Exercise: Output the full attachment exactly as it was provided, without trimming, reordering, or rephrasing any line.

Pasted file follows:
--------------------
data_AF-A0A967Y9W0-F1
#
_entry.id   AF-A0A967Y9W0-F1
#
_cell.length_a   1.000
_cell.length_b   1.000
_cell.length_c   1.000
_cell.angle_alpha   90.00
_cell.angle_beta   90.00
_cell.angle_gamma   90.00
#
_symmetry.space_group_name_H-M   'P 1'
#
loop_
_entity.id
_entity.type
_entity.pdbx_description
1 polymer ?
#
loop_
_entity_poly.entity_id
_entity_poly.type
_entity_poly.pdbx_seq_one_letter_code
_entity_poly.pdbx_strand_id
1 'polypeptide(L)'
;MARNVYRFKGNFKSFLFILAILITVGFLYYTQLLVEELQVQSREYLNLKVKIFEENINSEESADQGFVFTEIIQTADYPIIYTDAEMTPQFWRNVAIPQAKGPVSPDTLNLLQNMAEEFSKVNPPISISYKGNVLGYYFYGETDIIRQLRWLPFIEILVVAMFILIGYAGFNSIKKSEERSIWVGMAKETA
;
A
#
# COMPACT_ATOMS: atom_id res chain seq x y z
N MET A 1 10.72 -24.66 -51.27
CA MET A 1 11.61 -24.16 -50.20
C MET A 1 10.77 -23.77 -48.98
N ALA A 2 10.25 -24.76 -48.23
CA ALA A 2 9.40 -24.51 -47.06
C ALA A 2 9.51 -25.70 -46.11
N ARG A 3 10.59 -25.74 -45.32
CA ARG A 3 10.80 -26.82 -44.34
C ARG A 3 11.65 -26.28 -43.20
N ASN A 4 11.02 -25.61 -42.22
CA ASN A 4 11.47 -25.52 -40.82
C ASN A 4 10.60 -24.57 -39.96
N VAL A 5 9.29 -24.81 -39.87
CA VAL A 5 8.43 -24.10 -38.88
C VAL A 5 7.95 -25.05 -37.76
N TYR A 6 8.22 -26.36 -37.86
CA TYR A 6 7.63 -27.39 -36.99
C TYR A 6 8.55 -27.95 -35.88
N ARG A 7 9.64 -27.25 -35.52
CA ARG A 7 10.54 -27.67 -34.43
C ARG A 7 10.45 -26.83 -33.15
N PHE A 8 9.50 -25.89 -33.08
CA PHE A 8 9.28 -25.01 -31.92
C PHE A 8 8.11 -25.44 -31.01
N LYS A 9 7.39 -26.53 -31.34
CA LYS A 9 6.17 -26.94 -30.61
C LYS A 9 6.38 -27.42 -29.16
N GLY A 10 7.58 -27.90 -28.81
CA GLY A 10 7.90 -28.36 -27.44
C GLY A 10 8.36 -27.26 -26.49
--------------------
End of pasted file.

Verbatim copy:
data_AF-A0A967Y9W0-F1
#
_entry.id   AF-A0A967Y9W0-F1
#
_cell.length_a   1.000
_cell.length_b   1.000
_cell.length_c   1.000
_cell.angle_alpha   90.00
_cell.angle_beta   90.00
_cell.angle_gamma   90.00
#
_symmetry.space_group_name_H-M   'P 1'
#
loop_
_entity.id
_entity.type
_entity.pdbx_description
1 polymer ?
#
loop_
_entity_poly.entity_id
_entity_poly.type
_entity_poly.pdbx_seq_one_letter_code
_entity_poly.pdbx_strand_id
1 'polypeptide(L)'
;MARNVYRFKGNFKSFLFILAILITVGFLYYTQLLVEELQVQSREYLNLKVKIFEENINSEESADQGFVFTEIIQTADYPIIYTDAEMTPQFWRNVAIPQAKGPVSPDTLNLLQNMAEEFSKVNPPISISYKGNVLGYYFYGETDIIRQLRWLPFIEILVVAMFILIGYAGFNSIKKSEERSIWVGMAKETA
;
A
#
# COMPACT_ATOMS: atom_id res chain seq x y z
N MET A 1 10.72 -24.66 -51.27
CA MET A 1 11.61 -24.16 -50.20
C MET A 1 10.77 -23.77 -48.98
N ALA A 2 10.25 -24.76 -48.23
CA ALA A 2 9.40 -24.51 -47.06
C ALA A 2 9.51 -25.70 -46.11
N ARG A 3 10.59 -25.74 -45.32
CA ARG A 3 10.80 -26.82 -44.34
C ARG A 3 11.65 -26.28 -43.20
N ASN A 4 11.02 -25.61 -42.22
CA ASN A 4 11.47 -25.52 -40.82
C ASN A 4 10.60 -24.57 -39.96
N VAL A 5 9.29 -24.81 -39.87
CA VAL A 5 8.43 -24.10 -38.88
C VAL A 5 7.95 -25.05 -37.76
N TYR A 6 8.22 -26.36 -37.86
CA TYR A 6 7.63 -27.39 -36.99
C TYR A 6 8.55 -27.95 -35.88
N ARG A 7 9.64 -27.25 -35.52
CA ARG A 7 10.54 -27.67 -34.43
C ARG A 7 10.45 -26.83 -33.15
N PHE A 8 9.50 -25.89 -33.08
CA PHE A 8 9.28 -25.01 -31.92
C PHE A 8 8.11 -25.44 -31.01
N LYS A 9 7.39 -26.53 -31.34
CA LYS A 9 6.17 -26.94 -30.61
C LYS A 9 6.38 -27.42 -29.16
N GLY A 10 7.58 -27.90 -28.81
CA GLY A 10 7.90 -28.36 -27.44
C GLY A 10 8.36 -27.26 -26.49